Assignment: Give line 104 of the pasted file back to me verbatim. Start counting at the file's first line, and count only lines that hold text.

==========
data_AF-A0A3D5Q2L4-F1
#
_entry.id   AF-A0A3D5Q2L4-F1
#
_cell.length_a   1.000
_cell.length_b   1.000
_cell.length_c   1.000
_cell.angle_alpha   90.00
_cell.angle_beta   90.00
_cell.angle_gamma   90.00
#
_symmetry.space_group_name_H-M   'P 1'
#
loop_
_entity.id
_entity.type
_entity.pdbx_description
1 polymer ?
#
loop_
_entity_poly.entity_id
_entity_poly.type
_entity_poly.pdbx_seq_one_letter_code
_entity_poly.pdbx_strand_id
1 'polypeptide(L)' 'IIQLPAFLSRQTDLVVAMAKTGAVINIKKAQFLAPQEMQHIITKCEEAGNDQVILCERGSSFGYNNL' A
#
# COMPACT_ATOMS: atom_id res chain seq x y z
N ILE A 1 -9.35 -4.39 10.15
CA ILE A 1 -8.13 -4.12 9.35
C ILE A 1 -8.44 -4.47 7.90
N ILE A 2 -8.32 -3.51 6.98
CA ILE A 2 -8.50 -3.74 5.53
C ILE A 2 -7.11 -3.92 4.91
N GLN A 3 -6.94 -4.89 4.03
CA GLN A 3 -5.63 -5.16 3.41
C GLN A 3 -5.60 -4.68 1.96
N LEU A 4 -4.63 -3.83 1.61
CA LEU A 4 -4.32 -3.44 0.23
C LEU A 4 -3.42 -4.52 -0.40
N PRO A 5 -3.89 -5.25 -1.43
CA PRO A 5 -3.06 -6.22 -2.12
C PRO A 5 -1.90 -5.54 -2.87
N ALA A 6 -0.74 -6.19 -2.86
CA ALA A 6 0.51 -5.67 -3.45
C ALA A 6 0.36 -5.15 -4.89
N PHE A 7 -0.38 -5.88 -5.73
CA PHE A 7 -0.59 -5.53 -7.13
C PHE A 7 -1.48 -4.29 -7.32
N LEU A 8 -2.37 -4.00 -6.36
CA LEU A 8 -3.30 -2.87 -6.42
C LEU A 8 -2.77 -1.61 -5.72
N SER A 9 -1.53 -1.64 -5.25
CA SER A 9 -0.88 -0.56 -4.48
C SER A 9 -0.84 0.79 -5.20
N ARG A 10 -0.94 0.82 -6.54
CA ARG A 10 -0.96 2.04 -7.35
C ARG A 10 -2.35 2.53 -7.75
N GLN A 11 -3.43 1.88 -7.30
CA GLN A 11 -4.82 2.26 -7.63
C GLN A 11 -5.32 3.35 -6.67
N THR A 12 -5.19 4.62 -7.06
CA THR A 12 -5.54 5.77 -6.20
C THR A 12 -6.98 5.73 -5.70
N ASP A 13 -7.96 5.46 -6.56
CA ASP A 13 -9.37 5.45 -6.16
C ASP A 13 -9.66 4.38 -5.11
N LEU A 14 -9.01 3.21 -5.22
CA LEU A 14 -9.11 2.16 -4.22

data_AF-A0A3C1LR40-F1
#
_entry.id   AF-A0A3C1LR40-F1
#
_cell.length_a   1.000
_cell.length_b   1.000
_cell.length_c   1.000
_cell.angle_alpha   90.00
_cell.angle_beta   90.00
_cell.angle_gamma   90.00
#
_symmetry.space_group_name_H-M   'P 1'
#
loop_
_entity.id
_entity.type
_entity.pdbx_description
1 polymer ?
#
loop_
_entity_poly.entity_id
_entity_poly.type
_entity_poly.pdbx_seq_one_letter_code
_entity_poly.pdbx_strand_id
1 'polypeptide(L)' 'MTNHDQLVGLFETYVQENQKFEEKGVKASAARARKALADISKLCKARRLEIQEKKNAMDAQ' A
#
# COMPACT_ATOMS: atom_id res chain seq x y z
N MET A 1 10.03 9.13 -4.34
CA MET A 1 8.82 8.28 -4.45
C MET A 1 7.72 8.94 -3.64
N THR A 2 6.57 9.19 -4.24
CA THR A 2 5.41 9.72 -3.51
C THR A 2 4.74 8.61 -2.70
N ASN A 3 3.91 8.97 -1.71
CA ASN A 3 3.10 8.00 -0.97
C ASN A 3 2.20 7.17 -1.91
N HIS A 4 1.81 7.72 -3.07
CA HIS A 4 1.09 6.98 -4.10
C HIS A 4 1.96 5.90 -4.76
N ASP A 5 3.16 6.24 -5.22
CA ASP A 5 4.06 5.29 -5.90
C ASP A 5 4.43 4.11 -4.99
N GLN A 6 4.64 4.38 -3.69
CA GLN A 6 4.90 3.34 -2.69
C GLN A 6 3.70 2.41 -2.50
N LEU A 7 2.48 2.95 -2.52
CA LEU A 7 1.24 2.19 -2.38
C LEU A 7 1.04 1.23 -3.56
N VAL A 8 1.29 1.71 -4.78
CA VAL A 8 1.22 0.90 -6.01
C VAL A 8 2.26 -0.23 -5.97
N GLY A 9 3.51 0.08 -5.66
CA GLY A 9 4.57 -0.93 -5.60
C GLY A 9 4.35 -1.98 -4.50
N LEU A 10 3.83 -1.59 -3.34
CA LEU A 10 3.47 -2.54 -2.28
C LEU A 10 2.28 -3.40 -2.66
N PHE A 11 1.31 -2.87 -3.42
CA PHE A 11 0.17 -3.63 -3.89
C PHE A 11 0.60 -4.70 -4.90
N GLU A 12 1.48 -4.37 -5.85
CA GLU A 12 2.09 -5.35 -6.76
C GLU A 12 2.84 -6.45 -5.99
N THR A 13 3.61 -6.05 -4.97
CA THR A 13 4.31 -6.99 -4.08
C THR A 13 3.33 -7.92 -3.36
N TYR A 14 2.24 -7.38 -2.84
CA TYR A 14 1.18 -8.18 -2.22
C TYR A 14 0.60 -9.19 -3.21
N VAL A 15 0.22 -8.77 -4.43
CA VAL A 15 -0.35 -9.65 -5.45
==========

C ASN A 3 2.20 7.17 -1.91